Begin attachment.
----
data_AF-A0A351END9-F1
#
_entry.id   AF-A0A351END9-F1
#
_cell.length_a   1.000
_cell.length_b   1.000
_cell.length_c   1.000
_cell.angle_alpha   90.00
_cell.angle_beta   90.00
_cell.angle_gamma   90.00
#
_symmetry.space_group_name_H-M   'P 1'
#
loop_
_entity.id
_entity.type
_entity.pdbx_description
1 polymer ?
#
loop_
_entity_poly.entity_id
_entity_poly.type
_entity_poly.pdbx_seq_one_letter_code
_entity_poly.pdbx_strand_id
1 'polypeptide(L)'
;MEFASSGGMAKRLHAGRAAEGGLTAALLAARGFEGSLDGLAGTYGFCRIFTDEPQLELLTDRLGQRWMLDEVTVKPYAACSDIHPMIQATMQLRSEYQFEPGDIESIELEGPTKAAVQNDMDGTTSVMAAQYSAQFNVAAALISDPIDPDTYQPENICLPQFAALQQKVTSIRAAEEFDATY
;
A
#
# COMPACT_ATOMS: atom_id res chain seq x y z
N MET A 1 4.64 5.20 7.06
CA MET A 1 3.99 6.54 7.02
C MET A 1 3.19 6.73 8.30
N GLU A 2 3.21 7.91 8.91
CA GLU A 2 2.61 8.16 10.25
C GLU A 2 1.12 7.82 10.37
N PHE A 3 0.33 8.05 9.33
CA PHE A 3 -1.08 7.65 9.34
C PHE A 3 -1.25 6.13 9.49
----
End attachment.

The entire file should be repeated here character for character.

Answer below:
data_AF-A0A351END9-F1
#
_entry.id   AF-A0A351END9-F1
#
_cell.length_a   1.000
_cell.length_b   1.000
_cell.length_c   1.000
_cell.angle_alpha   90.00
_cell.angle_beta   90.00
_cell.angle_gamma   90.00
#
_symmetry.space_group_name_H-M   'P 1'
#
loop_
_entity.id
_entity.type
_entity.pdbx_description
1 polymer ?
#
loop_
_entity_poly.entity_id
_entity_poly.type
_entity_poly.pdbx_seq_one_letter_code
_entity_poly.pdbx_strand_id
1 'polypeptide(L)'
;MEFASSGGMAKRLHAGRAAEGGLTAALLAARGFEGSLDGLAGTYGFCRIFTDEPQLELLTDRLGQRWMLDEVTVKPYAACSDIHPMIQATMQLRSEYQFEPGDIESIELEGPTKAAVQNDMDGTTSVMAAQYSAQFNVAAALISDPIDPDTYQPENICLPQFAALQQKVTSIRAAEEFDATY
;
A
#
# COMPACT_ATOMS: atom_id res chain seq x y z
N MET A 1 4.64 5.20 7.06
CA MET A 1 3.99 6.54 7.02
C MET A 1 3.19 6.73 8.30
N GLU A 2 3.21 7.91 8.91
CA GLU A 2 2.61 8.16 10.25
C GLU A 2 1.12 7.82 10.37
N PHE A 3 0.33 8.05 9.33
CA PHE A 3 -1.08 7.65 9.34
C PHE A 3 -1.25 6.13 9.49